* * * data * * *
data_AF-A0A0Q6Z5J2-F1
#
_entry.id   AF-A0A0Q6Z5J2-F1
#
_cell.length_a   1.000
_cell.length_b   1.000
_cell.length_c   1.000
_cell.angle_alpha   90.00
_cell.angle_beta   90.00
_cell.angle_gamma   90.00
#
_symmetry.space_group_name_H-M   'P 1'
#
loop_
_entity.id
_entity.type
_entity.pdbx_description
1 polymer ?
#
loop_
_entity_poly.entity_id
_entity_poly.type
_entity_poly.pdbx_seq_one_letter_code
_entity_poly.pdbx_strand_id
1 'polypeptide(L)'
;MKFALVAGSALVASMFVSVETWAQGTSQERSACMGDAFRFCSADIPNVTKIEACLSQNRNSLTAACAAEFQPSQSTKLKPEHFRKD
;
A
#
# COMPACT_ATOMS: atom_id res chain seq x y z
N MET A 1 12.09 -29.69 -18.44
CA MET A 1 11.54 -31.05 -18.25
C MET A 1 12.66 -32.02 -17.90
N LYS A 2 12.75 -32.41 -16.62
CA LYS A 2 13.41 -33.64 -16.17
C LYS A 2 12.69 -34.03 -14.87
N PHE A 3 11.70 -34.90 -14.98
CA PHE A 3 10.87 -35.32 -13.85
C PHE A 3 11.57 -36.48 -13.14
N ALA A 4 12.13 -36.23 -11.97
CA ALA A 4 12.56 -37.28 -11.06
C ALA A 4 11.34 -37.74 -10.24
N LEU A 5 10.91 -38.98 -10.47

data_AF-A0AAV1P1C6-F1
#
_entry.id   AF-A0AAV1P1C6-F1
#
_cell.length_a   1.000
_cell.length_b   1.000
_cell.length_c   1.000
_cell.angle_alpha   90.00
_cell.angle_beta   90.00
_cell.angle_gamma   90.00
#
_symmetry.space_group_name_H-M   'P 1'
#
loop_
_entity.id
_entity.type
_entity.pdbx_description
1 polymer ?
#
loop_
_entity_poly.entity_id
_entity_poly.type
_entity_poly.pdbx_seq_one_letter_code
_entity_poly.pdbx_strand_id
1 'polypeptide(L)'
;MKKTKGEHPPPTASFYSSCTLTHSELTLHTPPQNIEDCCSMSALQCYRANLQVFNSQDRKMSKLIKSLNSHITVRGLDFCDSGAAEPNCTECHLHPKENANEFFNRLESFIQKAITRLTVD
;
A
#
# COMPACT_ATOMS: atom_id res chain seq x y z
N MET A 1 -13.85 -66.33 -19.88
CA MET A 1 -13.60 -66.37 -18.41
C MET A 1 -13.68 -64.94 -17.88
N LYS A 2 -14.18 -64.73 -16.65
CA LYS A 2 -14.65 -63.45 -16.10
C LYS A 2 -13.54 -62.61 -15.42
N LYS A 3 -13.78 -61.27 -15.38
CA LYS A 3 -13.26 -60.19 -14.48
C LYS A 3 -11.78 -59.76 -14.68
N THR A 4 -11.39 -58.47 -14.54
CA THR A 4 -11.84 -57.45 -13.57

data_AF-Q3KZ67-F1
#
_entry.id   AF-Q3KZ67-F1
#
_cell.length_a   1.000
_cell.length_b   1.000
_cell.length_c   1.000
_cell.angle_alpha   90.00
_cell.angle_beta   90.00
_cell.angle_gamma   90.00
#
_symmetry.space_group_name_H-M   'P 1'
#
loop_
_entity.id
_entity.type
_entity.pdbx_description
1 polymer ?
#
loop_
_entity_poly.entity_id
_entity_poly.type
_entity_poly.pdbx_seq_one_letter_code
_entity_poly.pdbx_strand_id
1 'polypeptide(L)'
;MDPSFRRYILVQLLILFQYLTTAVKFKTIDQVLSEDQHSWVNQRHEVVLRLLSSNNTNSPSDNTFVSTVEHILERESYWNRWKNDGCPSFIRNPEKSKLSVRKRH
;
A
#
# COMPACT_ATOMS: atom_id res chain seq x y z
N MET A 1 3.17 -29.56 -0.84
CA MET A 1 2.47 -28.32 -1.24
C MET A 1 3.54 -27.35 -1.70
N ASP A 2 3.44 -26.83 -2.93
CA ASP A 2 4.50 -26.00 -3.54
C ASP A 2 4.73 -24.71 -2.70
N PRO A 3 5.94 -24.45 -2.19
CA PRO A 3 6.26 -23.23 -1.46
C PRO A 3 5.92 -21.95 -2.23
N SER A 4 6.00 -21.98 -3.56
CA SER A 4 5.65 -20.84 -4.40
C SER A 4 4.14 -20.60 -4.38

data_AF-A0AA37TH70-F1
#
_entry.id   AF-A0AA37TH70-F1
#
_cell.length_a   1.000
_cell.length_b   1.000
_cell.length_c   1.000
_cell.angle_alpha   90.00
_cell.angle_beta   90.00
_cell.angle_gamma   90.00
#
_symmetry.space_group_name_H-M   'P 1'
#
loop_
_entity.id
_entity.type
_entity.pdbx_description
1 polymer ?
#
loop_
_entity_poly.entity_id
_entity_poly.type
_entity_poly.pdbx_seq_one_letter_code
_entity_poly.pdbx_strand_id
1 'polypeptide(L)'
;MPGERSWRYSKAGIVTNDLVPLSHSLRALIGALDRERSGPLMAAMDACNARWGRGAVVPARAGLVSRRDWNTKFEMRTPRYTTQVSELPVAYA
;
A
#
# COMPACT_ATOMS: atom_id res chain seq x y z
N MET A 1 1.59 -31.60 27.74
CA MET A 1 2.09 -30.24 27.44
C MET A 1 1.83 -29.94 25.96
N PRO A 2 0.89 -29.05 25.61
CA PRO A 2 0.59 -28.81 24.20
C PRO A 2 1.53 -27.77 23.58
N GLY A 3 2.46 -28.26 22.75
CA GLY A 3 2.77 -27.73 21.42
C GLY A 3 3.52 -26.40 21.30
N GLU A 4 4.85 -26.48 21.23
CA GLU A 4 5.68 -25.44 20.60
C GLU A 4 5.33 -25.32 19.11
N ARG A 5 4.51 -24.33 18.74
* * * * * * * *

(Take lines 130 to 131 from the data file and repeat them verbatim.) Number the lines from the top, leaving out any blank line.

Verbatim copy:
#
_cell.length_a   1.000